> How would I cast this in platform independent way to ensure that the result
    > would be as expected on both 32 and 64 bit platforms?


    Hi. You can pass in void pointer pointer to int and cast it to correct
    pointer type in function.

    Something like:

    void fn(void* pSettings)
    {
    int* pInt = (int*)pSettings;
    // Use pInt here
    }
     
    Ondra Holub, Nov 28, 2006
    #3
  4. > You probably need to post this question on the Microsoft win32
    > newsgroup. You might find answers there. or else just search for
    > ULONG_PTR in there. I am sure you would get the answer.
    >


    But it's not a Microsoft specific question. Currently I made things working
    on Windows by using: (int) (unsigned long long) but then some unix compilers
    are complaining about this construct (using gcc 3.3+).

    -- Henrik
     
    Henrik Goldman, Nov 28, 2006
    #4
  5. >
    > void fn(void* pSettings)
    > {
    > int* pInt = (int*)pSettings;
    > // Use pInt here
    > }
    >


    Would this not cause new problems?
    Are you talking about using pInt directly as an integer? Otherwise the users
    would change:

    fn(123);

    to:
    int dummy = 123;
    fn(&dummy);

    This would not exactly be for the better since it would go against
    simplicity.

    -- Henrik
     
    Henrik Goldman, Nov 28, 2006
    #5
  6. On 2006-11-28 21:48, Henrik Goldman wrote:
    >>
    >> void fn(void* pSettings)
    >> {
    >> int* pInt = (int*)pSettings;
    >> // Use pInt here
    >> }
    >>

    >
    > Would this not cause new problems?
    > Are you talking about using pInt directly as an integer? Otherwise the users
    > would change:
    >
    > fn(123);
    >
    > to:
    > int dummy = 123;
    > fn(&dummy);
    >
    > This would not exactly be for the better since it would go against
    > simplicity.


    Create the copy in the function then:

    void fn(void* pSettings)
    {
    int Int = *((int*)pSettings);
    // Use Int here
    }

    Of course users would still have to use the address-of operator when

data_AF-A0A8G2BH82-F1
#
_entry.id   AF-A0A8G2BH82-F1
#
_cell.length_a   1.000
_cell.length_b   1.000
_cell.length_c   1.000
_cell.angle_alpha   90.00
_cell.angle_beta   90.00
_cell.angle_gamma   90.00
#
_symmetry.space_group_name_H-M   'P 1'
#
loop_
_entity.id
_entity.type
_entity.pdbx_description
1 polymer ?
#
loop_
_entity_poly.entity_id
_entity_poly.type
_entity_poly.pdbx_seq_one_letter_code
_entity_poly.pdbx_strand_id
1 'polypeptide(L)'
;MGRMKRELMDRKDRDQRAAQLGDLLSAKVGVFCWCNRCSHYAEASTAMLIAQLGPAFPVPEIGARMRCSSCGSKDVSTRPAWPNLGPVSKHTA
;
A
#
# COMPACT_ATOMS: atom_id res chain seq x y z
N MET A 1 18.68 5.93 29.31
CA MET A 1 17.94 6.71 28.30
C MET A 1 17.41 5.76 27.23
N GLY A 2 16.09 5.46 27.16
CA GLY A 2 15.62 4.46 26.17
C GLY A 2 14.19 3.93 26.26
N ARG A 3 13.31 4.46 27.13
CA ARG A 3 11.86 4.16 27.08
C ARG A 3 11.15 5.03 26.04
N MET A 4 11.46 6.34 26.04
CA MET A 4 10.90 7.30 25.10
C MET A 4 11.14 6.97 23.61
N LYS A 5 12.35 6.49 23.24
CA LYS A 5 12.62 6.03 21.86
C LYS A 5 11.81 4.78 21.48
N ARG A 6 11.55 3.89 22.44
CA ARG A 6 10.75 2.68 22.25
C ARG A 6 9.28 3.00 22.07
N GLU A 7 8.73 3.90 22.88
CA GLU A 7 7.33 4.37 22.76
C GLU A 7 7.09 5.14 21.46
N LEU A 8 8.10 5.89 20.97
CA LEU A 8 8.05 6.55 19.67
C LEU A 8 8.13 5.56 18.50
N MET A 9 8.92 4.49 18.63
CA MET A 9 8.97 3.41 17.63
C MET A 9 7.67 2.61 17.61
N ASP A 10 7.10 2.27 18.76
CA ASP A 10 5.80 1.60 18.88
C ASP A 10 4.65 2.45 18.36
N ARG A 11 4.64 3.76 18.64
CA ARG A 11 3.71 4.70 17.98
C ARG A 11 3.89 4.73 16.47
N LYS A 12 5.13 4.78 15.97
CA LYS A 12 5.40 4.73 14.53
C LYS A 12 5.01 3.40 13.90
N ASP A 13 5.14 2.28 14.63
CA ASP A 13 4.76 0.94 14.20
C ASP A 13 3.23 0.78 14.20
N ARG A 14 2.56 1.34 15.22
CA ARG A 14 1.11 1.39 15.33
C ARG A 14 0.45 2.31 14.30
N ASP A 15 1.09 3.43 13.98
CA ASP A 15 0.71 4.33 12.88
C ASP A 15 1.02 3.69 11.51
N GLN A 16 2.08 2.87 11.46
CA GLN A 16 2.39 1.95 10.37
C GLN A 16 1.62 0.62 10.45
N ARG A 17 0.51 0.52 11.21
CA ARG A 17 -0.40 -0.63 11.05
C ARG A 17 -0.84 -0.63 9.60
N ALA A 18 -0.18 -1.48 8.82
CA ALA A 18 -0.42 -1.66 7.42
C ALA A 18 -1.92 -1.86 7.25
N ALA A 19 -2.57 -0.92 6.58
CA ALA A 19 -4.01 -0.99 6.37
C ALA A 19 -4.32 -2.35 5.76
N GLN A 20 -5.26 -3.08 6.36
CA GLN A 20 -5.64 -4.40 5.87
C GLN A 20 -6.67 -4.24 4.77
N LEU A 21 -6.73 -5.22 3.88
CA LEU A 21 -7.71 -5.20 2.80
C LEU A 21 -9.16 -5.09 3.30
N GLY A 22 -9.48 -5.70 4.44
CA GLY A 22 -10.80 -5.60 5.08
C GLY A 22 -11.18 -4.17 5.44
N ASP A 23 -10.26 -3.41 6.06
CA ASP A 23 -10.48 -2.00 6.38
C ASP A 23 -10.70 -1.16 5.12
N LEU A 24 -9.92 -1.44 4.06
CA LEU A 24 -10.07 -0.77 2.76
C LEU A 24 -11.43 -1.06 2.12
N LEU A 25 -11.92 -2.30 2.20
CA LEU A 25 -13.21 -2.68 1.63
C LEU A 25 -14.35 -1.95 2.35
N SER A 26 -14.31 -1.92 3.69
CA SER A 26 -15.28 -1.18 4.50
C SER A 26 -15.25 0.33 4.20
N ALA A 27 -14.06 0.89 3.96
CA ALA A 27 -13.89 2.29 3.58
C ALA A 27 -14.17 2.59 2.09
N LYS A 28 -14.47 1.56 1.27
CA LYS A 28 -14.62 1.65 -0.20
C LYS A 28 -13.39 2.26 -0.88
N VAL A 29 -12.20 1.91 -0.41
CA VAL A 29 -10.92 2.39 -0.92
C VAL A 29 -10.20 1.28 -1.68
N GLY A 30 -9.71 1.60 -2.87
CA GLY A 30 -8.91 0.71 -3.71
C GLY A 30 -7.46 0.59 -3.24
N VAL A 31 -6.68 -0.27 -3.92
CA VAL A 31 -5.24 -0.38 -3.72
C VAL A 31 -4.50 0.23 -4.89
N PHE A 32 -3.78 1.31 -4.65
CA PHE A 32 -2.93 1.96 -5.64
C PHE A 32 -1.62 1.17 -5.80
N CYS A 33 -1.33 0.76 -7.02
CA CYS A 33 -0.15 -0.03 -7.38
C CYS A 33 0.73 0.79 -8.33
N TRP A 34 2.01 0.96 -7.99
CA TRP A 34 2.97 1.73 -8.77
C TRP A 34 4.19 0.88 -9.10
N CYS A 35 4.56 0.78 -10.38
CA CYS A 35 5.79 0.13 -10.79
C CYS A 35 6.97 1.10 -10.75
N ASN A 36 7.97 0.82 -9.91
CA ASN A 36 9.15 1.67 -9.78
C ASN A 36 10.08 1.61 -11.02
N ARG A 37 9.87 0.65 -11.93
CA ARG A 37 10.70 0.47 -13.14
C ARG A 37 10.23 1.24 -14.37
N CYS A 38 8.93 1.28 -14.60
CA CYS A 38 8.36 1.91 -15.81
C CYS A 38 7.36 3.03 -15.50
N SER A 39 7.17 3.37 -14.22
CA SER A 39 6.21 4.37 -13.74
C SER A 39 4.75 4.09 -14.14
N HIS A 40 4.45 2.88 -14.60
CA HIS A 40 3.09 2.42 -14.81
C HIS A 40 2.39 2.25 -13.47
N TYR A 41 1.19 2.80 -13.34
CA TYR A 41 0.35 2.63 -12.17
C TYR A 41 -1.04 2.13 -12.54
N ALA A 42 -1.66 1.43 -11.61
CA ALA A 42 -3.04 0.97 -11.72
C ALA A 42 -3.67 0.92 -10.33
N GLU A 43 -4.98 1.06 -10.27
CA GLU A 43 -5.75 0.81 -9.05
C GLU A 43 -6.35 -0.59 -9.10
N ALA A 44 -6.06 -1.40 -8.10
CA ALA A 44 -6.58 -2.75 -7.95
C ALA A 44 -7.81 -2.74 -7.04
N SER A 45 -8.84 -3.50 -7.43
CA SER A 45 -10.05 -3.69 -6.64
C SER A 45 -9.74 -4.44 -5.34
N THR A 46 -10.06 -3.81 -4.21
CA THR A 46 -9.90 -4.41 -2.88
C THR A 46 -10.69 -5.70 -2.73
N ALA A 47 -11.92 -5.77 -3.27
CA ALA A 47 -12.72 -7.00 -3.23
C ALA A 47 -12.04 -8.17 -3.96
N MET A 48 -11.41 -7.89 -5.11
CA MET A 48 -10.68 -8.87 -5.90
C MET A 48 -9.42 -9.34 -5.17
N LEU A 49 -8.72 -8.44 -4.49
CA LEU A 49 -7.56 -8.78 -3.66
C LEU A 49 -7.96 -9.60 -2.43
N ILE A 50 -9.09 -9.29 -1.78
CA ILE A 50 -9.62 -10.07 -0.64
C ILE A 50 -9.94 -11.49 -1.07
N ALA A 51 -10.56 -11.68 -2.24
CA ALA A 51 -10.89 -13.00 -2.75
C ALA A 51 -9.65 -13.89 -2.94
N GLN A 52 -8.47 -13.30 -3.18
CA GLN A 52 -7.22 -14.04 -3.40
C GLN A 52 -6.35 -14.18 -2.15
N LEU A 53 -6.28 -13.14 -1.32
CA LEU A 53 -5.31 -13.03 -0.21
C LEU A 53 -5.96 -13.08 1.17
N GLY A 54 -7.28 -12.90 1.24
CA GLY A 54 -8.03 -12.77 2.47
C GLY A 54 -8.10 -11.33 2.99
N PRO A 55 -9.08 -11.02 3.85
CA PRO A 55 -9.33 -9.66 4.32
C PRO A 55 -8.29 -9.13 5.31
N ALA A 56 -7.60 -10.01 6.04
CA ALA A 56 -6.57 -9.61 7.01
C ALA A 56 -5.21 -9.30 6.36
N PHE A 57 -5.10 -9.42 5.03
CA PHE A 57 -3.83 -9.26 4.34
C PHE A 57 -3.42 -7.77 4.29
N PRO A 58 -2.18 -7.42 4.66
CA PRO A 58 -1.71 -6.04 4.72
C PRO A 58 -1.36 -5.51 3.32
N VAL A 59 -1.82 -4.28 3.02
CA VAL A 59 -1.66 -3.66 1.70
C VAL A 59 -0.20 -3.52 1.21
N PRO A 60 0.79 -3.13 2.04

pasing arguments that are not pointers.

    --
    Erik Wikström
     
    =?ISO-8859-1?Q?Erik_Wikstr=F6m?=, Nov 28, 2006
    #6
  7. Henrik Goldman

    Ondra Holub Guest

    Henrik Goldman napsal:
    > >
    > > void fn(void* pSettings)
    > > {
    > > int* pInt = (int*)pSettings;
    > > // Use pInt here
    > > }
    > >

    >
    > Would this not cause new problems?
    > Are you talking about using pInt directly as an integer? Otherwise the users
    > would change:
    >
    > fn(123);


    This shouldn't be possible (123 is not pointer). There may be problem
    with 0 (zero), because it is also valid pointer value in C++, but I do
    not see there big problem.

    >
    > to:
    > int dummy = 123;
    > fn(&dummy);


    Yes, that's the way how I meant it.
     
    Ondra Holub, Nov 28, 2006
    #7
  8. Henrik Goldman

    Ondra Holub Guest

    Henrik Goldman napsal:
    > >
    > > void fn(void* pSettings)
    > > {
    > > int* pInt = (int*)pSettings;
    > > // Use pInt here
    > > }
    > >

    >
    > Would this not cause new problems?
    > Are you talking about using pInt directly as an integer? Otherwise the users
    > would change:
    >
    > fn(123);
    >
    > to:
    > int dummy = 123;
    > fn(&dummy);
    >
    > This would not exactly be for the better since it would go against
    > simplicity.
    >
    > -- Henrik


    You can provide to user set of functions with correct parameters and
    then call this one generic function, which is declared as static, so
    user's cannot call it from other source files.

    If you need some "variant" type with C interface, you can also use
    union.
     
    Ondra Holub, Nov 28, 2006
    #8
  9. Henrik Goldman

    David Harmon Guest

    On Tue, 28 Nov 2006 16:19:40 +0100 in comp.lang.c++, "Henrik Goldman"
    <> wrote,
    >Due to compatibility with C the function f1 needs to be with C declaration
    >and for this reason I cannot use function overloading with different
    >parameters depending on the input type.


    Overloading of functions in this situation gets you nothing more than
    cleaner notation. The same thing can be accomplished with C
    compatibility with a set of functions named
    f1_int(int);
    f1_double(double);
    etc. This is basically what some C++ compilers do to implement
    overloaded functions anyway, with "name mangling" for the linker.
     
    David Harmon, Nov 29, 2006
    #9